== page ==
Pavement Preservation Journal - Summer 2013 - (Page 7)

PRESIDENT’S MESSAGE By Michael Buckingham President, FP2 Inc. Time for Preservation Community to ‘Play With the Big Boys’ W ith pavement preservation codified through the efforts of FP2 Inc. in the Moving Ahead for Progress in the 21st Century (MAP-21) bill, and field work is progressing on our new research program at the National Center for Asphalt Technology, it’s time to consider how pavement preservation has matured, and with that, how support for FP2—the voice of pavement preservation—will be structured in the future. As interest in pavement preservation skyrockets among state, municipal, township and county governments, the demands on national, supportive groups like FP2 Inc. and the National Center for Pavement Preservation are increasing. In action at another level are state-level preservation research and technology transfer entities, like the Texas Pavement Preservation Center in Austin (see page 34 in this issue), or the California Pavement Preservation Center at Chico. Similar efforts exist for recycling and reclaiming, which is a major component of the pavement preservation coalition, such as the Pavement Recycling and Reclaiming Center at Cal Poly Pomona, and the pooled-fund-supported Recycled Materials Resource Center at the University of WisconsinMadison. A different kind of statewide tech transfer effort in pavement preservation includes the new Florida Pavement Preservation Council, and the Georgia-Carolina Pavement Preservation Council, which focus on outreach to cities, counties and townships, as well as state DOT districts. On a broader scale their efforts are replicated by the regional preservation partnerships, such as the Rocky Mountain West Pavement Preservation Partnership spotlighted on pages 27-29. And the relatively new Pavement Preservation & Recycling Alliance (PPRA) is a partnership of FP2’s founding associations—the Asphalt Emulsion Manufacturers Association (AEMA), the Asphalt Recycling & Reclaiming Association (ARRA), and the International Slurry Surfacing Association (ISSA)—the goal of which is to advance sustainable, eco-efficient, and innovative pavement applications. Read about its upcoming, first-ever meeting and workshop this November on page 17. PRESERVATION NOT WHAT IT USED TO BE With the growth in pavement preservation—and in supporting entities—it seems to me that the entire industry needs to realize that pavement preservation is not what it used to be. Instead of being a mysterious and perhaps threatening new concept that somehow siphons state funds from capital improvement projects, pavement preservation should and will be a standard practice by agencies as they manage their roadway systems. Your FP2 has been very effective in changing the language about pavement preservation and management of roadway systems. Pavement preservation is now mainstream and it’s time for the preservation community to act like a major player, instead of the runt of the litter. Therefore to continue operating and being as effective as the demands require, I strongly feel it’s necessary to take another look at how FP2 is funded, and identify the sources of future funding. This will be necessary if we are to “play with the big boys.” We no longer are the practice that is funded only when there is enough money. Instead, we are the industry that fosters the systems and processes that allow an agency to effectively manage and optimize its pavement system for the benefit of taxpayers. IMPORTANT MEETING IN JUNE With this changed environment in mind, for FP2 to have to go to industry for funding needed activities on a program-by-program basis is undermining its ability to plan and be proactive in meeting the ever-increasing agency needs that are vital to its mission. The FP2 board of directors’ spring meeting will be held at NCAT in Alabama in early June, during a meeting of funding partners for the Preservation Group project launched last year (see page 21). Dr. Buzz Powell and his team will tour Lee Road 159 where the pavement preservation treatments were placed in 2012, and the project will be discussed intensively. From this a full report to all FP2 supporters will be developed. But while there your board will discuss how FP2 can respond to the leadership role that has been thrust on it by the growth in pavement preservation, and these discussions will lead to a significant fall strategic planning meeting on the future of FP2. We hope you will work with us toward that goal. Summer 2013 pavement preservation journal 7 http://www.naylornetwork.com/FPP-nxt/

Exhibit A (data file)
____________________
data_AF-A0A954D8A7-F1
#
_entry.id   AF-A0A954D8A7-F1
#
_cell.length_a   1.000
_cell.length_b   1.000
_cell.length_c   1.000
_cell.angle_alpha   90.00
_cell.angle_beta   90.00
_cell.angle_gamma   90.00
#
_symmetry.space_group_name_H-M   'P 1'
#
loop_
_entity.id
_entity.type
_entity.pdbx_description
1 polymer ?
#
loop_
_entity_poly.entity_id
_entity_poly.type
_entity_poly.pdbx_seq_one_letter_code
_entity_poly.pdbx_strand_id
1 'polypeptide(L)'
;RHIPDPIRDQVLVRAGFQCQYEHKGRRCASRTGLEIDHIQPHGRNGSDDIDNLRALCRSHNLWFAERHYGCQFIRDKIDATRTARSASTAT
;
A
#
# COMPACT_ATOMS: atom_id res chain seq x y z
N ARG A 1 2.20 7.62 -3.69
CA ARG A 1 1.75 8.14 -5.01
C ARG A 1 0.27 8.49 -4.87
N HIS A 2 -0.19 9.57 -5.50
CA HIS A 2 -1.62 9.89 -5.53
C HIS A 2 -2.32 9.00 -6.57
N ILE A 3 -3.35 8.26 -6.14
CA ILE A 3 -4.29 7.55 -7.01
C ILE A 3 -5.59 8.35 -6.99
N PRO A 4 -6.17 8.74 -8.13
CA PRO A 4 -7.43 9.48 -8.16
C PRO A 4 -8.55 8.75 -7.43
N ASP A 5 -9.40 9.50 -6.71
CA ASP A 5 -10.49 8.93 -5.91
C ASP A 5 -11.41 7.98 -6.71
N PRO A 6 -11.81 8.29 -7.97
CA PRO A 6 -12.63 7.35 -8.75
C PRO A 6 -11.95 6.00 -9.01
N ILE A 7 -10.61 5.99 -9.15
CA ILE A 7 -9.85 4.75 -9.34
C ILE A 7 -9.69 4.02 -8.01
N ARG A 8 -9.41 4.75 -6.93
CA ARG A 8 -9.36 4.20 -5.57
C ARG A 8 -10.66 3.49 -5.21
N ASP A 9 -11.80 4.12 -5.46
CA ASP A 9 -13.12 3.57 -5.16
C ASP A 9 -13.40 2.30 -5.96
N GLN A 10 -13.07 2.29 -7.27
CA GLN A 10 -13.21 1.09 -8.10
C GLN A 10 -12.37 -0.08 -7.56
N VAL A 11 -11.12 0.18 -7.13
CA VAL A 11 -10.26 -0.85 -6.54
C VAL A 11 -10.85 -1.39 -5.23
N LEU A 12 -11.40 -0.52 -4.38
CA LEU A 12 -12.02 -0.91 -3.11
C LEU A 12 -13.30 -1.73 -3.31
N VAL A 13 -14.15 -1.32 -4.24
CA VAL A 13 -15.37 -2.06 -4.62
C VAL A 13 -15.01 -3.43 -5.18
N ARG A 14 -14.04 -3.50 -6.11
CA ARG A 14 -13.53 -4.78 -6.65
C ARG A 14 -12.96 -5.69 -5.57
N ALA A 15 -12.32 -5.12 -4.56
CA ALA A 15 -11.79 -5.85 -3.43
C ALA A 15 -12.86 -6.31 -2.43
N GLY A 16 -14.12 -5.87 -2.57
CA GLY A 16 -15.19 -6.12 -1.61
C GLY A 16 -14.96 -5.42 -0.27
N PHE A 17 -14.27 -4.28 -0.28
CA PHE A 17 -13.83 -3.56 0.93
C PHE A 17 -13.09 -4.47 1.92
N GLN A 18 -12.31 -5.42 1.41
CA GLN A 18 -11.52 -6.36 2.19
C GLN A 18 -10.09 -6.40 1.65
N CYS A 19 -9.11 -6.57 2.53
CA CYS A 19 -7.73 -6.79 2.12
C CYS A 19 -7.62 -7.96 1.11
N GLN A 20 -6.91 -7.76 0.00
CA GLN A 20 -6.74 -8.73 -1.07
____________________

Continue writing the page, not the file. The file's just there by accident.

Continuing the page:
Table of Contents for the Digital Edition of Pavement Preservation Journal - Summer 2013

President’s Message
‘Thinning Up’ Concrete Overlays for Pavement Preservation
IGGA: After Five Years, Colorado CPR Project Holds Strong
Joint Meeting Brings ARRA, ISSA, AEMA to California Desert
At NCAT Preservation Study, Performance Clues Emerge
Integrated System Keeps Fort Collins ‘Asset Smart’
New Alaska Database Aids Treatment Selection
GPR, FWD Analyze Airfi eld Pavements in South Carolina
TPPC: In Texas, Fog Seals Should Last 18 Months
Caution Due in Using MC-30 as Prime Coat
In Nevada, Cold Recycling Preserves I-80
Index of Advertisers

Pavement Preservation Journal - Summer 2013

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